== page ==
Women in Scientific Careers

Unleashing the Potential

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While women account for more than half of university graduates in several OECD countries, they receive only 30% of tertiary degrees granted in science and engineering fields. This publication presents the proceedings of a recent international workshop to assess the underlying causes behind the low participation of women in scientific careers, especially at senior levels, and to identify good practice policies to attract, recruit and retain women in scientific careers in public and private research.



Part 1. Introduction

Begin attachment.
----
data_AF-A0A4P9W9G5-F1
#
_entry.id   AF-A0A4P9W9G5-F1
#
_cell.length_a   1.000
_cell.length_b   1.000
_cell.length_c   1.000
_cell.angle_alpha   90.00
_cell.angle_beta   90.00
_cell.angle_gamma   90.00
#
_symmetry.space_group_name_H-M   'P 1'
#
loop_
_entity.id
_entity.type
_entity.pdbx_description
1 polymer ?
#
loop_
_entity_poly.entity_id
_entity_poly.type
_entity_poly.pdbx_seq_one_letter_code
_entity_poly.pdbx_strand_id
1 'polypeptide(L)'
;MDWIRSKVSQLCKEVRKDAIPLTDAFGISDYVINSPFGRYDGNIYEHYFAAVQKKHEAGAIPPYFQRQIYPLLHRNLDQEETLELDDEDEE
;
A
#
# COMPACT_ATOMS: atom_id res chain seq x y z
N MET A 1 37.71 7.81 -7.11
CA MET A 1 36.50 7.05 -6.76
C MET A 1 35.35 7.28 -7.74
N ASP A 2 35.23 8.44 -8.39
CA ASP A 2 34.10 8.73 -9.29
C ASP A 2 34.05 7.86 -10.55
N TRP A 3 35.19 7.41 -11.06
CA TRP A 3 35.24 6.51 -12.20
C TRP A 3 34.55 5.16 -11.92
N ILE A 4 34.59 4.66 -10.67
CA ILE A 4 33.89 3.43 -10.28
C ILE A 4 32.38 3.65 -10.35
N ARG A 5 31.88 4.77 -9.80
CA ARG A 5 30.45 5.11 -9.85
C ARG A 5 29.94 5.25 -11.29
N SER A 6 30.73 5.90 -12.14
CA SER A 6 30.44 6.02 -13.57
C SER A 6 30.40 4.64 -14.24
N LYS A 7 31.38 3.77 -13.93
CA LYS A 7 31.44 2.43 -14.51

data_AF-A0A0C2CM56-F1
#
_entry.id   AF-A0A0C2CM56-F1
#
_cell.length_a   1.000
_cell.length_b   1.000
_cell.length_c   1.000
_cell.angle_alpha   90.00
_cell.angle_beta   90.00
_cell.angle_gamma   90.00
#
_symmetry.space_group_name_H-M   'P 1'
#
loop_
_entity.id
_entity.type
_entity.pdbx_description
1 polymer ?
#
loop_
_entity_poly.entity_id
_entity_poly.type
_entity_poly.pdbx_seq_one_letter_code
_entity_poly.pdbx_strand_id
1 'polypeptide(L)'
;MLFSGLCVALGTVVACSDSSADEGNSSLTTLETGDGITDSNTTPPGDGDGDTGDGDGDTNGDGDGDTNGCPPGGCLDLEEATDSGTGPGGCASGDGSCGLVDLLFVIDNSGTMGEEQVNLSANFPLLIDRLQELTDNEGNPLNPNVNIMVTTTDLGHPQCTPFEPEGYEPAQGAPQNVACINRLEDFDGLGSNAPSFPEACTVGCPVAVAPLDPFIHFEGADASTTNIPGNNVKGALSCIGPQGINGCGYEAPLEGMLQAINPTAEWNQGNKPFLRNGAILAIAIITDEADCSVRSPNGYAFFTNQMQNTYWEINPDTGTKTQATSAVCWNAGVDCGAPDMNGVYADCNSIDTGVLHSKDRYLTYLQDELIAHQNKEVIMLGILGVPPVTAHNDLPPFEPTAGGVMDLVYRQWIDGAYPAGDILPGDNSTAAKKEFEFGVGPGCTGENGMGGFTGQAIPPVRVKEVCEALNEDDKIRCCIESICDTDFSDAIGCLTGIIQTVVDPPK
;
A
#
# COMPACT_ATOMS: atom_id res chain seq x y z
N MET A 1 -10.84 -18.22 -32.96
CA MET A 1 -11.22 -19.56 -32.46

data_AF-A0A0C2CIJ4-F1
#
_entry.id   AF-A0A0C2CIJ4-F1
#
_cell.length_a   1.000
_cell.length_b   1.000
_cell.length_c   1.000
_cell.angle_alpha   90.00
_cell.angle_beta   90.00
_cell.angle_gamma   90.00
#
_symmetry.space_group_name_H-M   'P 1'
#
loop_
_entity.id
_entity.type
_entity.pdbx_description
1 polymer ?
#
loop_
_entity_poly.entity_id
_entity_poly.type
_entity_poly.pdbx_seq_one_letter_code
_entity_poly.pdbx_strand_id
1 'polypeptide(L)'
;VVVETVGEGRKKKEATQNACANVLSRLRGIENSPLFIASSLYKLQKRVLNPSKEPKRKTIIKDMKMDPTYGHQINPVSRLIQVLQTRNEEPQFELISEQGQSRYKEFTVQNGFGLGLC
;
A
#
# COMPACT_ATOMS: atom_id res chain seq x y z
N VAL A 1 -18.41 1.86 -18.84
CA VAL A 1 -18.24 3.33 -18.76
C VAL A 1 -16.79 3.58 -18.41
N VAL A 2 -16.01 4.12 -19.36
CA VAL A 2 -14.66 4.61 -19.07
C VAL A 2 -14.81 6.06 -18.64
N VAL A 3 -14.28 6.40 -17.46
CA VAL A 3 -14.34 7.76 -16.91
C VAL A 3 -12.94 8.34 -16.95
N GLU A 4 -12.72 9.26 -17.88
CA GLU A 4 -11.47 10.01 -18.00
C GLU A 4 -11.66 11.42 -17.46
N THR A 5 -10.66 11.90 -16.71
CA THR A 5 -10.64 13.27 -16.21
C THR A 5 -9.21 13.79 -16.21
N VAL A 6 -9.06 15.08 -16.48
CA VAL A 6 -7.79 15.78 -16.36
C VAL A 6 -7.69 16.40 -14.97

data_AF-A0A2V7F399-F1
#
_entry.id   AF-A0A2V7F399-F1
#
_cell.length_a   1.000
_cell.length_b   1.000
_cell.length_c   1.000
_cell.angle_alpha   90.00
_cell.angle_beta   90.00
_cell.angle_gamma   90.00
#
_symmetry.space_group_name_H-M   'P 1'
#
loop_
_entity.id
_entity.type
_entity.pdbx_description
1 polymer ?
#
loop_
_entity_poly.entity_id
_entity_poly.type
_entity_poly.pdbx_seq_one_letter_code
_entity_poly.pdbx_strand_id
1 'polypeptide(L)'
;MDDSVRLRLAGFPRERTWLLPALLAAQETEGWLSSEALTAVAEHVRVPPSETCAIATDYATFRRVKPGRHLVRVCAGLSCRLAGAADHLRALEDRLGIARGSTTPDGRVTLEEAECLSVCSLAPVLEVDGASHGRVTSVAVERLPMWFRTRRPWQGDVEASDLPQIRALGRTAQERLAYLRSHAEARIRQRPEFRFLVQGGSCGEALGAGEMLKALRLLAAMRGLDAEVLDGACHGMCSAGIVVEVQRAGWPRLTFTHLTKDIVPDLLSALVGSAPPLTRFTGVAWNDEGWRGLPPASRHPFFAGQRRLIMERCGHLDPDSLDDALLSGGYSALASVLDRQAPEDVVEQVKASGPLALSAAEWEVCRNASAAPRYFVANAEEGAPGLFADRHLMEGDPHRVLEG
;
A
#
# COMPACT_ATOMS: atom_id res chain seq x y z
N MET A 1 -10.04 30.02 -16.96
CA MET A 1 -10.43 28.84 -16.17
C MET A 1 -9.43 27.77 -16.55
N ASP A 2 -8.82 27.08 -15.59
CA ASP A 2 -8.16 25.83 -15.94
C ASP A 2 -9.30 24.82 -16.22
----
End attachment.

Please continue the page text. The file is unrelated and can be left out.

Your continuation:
Why should the OECD governments be concerned with women in scientific careers? According to OECD Deputy Secretary-General Berglind Ásgeirsdóttir, who opened the workshop, the available data show that the number of female students enrolled in science courses is much higher than the number of women actually employed in research occupations. There is thus a risk that much of the social and individual investment in human capital is lost if a large part of that investment does not find itself participating in economic activities. Another reason for concern about women in science has to do with achieving equality between men and women in all walks of life, a societal goal with a long historical process in OECD countries. Arguably, women bring in different perspectives and research interests and as such can contribute to improving the quality of research. Furthermore, scientific integrity itself depends on non-discrimination.


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